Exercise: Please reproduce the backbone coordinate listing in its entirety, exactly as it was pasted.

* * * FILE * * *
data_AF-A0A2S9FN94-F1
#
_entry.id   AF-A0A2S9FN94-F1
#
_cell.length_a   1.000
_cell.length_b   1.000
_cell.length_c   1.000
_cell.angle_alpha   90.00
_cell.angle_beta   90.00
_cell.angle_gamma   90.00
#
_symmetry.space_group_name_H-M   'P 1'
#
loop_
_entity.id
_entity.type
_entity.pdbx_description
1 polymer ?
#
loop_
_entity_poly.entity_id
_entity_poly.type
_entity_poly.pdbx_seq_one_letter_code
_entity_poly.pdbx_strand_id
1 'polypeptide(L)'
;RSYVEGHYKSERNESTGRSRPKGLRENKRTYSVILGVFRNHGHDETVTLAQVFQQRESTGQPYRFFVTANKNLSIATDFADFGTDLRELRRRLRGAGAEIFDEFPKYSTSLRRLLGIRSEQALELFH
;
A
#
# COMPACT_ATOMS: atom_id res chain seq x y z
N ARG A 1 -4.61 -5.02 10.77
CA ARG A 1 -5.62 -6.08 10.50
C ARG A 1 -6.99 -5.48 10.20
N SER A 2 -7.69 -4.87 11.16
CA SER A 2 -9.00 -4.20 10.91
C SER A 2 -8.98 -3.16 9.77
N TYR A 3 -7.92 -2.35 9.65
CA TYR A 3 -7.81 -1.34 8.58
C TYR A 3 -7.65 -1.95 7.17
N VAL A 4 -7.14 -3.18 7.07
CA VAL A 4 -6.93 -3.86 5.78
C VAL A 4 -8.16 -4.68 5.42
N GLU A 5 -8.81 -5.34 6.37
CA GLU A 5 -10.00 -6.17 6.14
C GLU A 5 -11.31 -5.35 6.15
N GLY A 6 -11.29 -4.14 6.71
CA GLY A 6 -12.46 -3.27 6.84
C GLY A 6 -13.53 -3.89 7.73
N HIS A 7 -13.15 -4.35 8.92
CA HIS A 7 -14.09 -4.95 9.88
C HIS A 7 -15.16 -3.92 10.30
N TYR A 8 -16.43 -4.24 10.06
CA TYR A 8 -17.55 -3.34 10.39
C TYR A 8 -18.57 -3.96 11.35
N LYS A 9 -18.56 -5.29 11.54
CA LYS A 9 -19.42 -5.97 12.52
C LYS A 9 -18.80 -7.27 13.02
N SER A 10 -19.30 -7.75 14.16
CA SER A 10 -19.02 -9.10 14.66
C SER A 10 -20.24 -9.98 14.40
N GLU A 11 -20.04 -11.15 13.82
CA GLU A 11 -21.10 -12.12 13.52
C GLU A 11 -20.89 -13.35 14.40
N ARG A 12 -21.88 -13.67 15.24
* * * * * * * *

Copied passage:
data_AF-A0A2S9FN94-F1
#
_entry.id   AF-A0A2S9FN94-F1
#
_cell.length_a   1.000
_cell.length_b   1.000
_cell.length_c   1.000
_cell.angle_alpha   90.00
_cell.angle_beta   90.00
_cell.angle_gamma   90.00
#
_symmetry.space_group_name_H-M   'P 1'
#
loop_
_entity.id
_entity.type
_entity.pdbx_description
1 polymer ?
#
loop_
_entity_poly.entity_id
_entity_poly.type
_entity_poly.pdbx_seq_one_letter_code
_entity_poly.pdbx_strand_id
1 'polypeptide(L)'
;RSYVEGHYKSERNESTGRSRPKGLRENKRTYSVILGVFRNHGHDETVTLAQVFQQRESTGQPYRFFVTANKNLSIATDFADFGTDLRELRRRLRGAGAEIFDEFPKYSTSLRRLLGIRSEQALELFH
;
A
#
# COMPACT_ATOMS: atom_id res chain seq x y z
N ARG A 1 -4.61 -5.02 10.77
CA ARG A 1 -5.62 -6.08 10.50
C ARG A 1 -6.99 -5.48 10.20
N SER A 2 -7.69 -4.87 11.16
CA SER A 2 -9.00 -4.20 10.91
C SER A 2 -8.98 -3.16 9.77
N TYR A 3 -7.92 -2.35 9.65
CA TYR A 3 -7.81 -1.34 8.58
C TYR A 3 -7.65 -1.95 7.17
N VAL A 4 -7.14 -3.18 7.07
CA VAL A 4 -6.93 -3.86 5.78
C VAL A 4 -8.16 -4.68 5.42
N GLU A 5 -8.81 -5.34 6.37
CA GLU A 5 -10.00 -6.17 6.14
C GLU A 5 -11.31 -5.35 6.15
N GLY A 6 -11.29 -4.14 6.71
CA GLY A 6 -12.46 -3.27 6.84
C GLY A 6 -13.53 -3.89 7.73
N HIS A 7 -13.15 -4.35 8.92
CA HIS A 7 -14.09 -4.95 9.88
C HIS A 7 -15.16 -3.92 10.30
N TYR A 8 -16.43 -4.24 10.06
CA TYR A 8 -17.55 -3.34 10.39
C TYR A 8 -18.57 -3.96 11.35
N LYS A 9 -18.56 -5.29 11.54
CA LYS A 9 -19.42 -5.97 12.52
C LYS A 9 -18.80 -7.27 13.02
N SER A 10 -19.30 -7.75 14.16
CA SER A 10 -19.02 -9.10 14.66
C SER A 10 -20.24 -9.98 14.40
N GLU A 11 -20.04 -11.15 13.82
CA GLU A 11 -21.10 -12.12 13.52
C GLU A 11 -20.89 -13.35 14.40
N ARG A 12 -21.88 -13.67 15.24